The Gold Glove award is
given by Rawlings Sporting Goods. In 1956, a survey indicated that 83
percent of major leaguers used Rawlings' gloves - as a publicity stunt,
Elmer A. Blasco (the company's advertising,
public relations, and sales manager) decided to sponsor a fielding
award, similar to the Silver Bats award given by Hillerich
& Bradsby (the major leagues' leading baseball bat supplier) to the
The December 18, 1957, edition of
The Sporting News featured the first winners of the Gold Glove,
as chosen by 19 noted sports writers.
In 1958 the Gold Glove
selection privilege was turned over to the major league players, and an
All-Star Fielding Team was selected for each league (as it still is).
In 1961 the method for selecting
outfielders was changed. Rather than choosing a left, center, and right
fielder for each league, each voter was instructed to name three
outfielders regardless of their positions (still the practice today).
Since 1965, the managers
and coaches of each team have taken over the voting responsibility.
Voters are not permitted to select players on their own teams.
Although voters are
supposed to consider defensive performance only, the winners have often
borne little relationship to the best defensive players. For example,
4-time winner Steve Garvey is widely acknowledged as a poor defensive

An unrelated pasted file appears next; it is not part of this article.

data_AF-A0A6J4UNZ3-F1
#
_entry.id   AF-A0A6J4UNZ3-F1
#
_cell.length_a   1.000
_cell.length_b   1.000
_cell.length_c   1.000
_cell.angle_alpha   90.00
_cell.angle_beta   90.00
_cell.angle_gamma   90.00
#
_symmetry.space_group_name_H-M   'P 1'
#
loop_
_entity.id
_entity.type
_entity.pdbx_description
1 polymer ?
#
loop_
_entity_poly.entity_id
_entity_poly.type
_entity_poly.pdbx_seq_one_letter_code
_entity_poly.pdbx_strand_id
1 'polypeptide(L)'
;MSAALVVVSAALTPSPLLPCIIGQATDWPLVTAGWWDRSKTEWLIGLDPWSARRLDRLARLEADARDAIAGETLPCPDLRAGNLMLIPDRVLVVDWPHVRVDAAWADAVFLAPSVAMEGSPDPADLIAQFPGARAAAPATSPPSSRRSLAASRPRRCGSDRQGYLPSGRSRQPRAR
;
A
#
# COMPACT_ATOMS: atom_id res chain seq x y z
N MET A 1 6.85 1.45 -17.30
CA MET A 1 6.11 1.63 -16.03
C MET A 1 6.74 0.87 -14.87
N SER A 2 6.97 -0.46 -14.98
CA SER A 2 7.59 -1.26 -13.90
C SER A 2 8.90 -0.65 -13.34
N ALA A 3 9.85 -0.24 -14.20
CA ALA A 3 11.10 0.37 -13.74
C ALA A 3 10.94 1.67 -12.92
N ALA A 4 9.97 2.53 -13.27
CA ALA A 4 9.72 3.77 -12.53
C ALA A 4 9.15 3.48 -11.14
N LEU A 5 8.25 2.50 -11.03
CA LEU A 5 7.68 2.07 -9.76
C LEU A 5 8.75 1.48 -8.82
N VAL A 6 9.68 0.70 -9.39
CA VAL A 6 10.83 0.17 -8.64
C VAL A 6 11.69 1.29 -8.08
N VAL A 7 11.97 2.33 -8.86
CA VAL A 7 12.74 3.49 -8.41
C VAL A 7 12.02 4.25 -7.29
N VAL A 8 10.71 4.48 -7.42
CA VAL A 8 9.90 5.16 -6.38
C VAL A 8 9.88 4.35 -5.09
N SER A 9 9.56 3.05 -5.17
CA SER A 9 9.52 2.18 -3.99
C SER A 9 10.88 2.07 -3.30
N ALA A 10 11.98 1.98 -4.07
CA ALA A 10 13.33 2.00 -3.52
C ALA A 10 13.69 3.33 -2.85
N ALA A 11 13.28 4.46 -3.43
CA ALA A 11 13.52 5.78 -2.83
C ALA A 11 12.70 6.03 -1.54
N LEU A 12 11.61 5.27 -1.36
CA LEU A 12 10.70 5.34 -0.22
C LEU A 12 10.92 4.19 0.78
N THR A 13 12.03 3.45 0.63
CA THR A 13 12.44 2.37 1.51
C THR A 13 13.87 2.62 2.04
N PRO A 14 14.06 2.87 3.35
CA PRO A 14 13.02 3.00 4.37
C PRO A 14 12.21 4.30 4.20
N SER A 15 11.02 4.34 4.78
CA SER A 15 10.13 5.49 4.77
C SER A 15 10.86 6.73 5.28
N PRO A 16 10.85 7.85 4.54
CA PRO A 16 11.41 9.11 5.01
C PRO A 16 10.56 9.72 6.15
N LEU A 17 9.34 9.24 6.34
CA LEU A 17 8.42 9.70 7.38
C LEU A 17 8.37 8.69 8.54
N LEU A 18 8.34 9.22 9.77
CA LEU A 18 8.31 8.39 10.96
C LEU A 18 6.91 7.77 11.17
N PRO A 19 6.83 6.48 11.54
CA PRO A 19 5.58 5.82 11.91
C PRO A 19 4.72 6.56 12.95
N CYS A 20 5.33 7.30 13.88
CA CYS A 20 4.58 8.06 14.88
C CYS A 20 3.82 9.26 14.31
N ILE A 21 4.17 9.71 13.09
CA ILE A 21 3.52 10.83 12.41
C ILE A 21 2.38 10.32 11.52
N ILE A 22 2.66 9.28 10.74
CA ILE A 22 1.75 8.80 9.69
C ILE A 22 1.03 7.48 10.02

first baseman - he had no range, no arm, and lacked aggressiveness. He
was accused of holding the ball and allow opposing runners to take extra
bases to avoid throwing errors, thereby compiling high fielding averages
at first base. As a third baseman, he was awful defensively - in 1972,
Garvey's last season as a third-sacker, he led the NL with 28 errors in
only 85 games, posting a woeful .902 percentage.
But Garvey was a flashy
player and great hitter, and was at the forefront of voters' minds. That
probably had an impact on how the vote turned out.
Another common complaint
is that too much importance is given to fielding average. Most fans
realize that fielding average is not always a reliable indicator of
defensive ability, but about
one-third of the players who have led their respective leagues win the
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